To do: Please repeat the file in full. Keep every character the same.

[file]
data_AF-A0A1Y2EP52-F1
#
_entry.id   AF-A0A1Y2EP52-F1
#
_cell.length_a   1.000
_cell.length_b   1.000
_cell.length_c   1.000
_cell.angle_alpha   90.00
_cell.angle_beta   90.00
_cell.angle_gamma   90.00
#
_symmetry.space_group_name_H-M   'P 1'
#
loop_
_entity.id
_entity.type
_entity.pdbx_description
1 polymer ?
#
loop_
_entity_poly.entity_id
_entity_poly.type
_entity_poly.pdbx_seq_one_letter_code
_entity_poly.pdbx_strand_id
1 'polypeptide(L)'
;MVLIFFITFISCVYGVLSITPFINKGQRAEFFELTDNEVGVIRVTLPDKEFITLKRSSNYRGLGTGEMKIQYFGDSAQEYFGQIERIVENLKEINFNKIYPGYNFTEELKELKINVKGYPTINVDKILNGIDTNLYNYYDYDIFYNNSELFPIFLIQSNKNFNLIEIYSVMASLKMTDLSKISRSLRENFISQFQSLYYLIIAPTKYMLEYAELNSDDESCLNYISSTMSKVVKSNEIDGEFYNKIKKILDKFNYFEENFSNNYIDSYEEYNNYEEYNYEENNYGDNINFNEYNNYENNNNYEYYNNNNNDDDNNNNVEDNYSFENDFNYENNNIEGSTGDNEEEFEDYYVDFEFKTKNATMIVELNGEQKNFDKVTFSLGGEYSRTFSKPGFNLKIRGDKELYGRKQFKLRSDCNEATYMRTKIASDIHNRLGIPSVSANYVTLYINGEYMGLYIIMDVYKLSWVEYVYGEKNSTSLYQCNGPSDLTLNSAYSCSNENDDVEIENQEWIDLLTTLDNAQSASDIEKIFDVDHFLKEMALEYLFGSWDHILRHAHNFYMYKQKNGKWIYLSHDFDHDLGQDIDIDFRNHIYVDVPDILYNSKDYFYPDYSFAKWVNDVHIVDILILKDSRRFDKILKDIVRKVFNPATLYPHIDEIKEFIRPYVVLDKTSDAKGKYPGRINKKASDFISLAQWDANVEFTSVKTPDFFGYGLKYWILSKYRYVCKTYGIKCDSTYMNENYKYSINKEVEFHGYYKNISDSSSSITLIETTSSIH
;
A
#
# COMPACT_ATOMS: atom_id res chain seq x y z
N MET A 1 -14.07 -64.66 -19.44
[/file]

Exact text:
data_AF-A0A1Y2EP52-F1
#
_entry.id   AF-A0A1Y2EP52-F1
#
_cell.length_a   1.000
_cell.length_b   1.000
_cell.length_c   1.000
_cell.angle_alpha   90.00
_cell.angle_beta   90.00
_cell.angle_gamma   90.00
#
_symmetry.space_group_name_H-M   'P 1'
#
loop_
_entity.id
_entity.type
_entity.pdbx_description
1 polymer ?
#
loop_
_entity_poly.entity_id
_entity_poly.type
_entity_poly.pdbx_seq_one_letter_code
_entity_poly.pdbx_strand_id
1 'polypeptide(L)'
;MVLIFFITFISCVYGVLSITPFINKGQRAEFFELTDNEVGVIRVTLPDKEFITLKRSSNYRGLGTGEMKIQYFGDSAQEYFGQIERIVENLKEINFNKIYPGYNFTEELKELKINVKGYPTINVDKILNGIDTNLYNYYDYDIFYNNSELFPIFLIQSNKNFNLIEIYSVMASLKMTDLSKISRSLRENFISQFQSLYYLIIAPTKYMLEYAELNSDDESCLNYISSTMSKVVKSNEIDGEFYNKIKKILDKFNYFEENFSNNYIDSYEEYNNYEEYNYEENNYGDNINFNEYNNYENNNNYEYYNNNNNDDDNNNNVEDNYSFENDFNYENNNIEGSTGDNEEEFEDYYVDFEFKTKNATMIVELNGEQKNFDKVTFSLGGEYSRTFSKPGFNLKIRGDKELYGRKQFKLRSDCNEATYMRTKIASDIHNRLGIPSVSANYVTLYINGEYMGLYIIMDVYKLSWVEYVYGEKNSTSLYQCNGPSDLTLNSAYSCSNENDDVEIENQEWIDLLTTLDNAQSASDIEKIFDVDHFLKEMALEYLFGSWDHILRHAHNFYMYKQKNGKWIYLSHDFDHDLGQDIDIDFRNHIYVDVPDILYNSKDYFYPDYSFAKWVNDVHIVDILILKDSRRFDKILKDIVRKVFNPATLYPHIDEIKEFIRPYVVLDKTSDAKGKYPGRINKKASDFISLAQWDANVEFTSVKTPDFFGYGLKYWILSKYRYVCKTYGIKCDSTYMNENYKYSINKEVEFHGYYKNISDSSSSITLIETTSSIH
;
A
#
# COMPACT_ATOMS: atom_id res chain seq x y z
N MET A 1 -14.07 -64.66 -19.44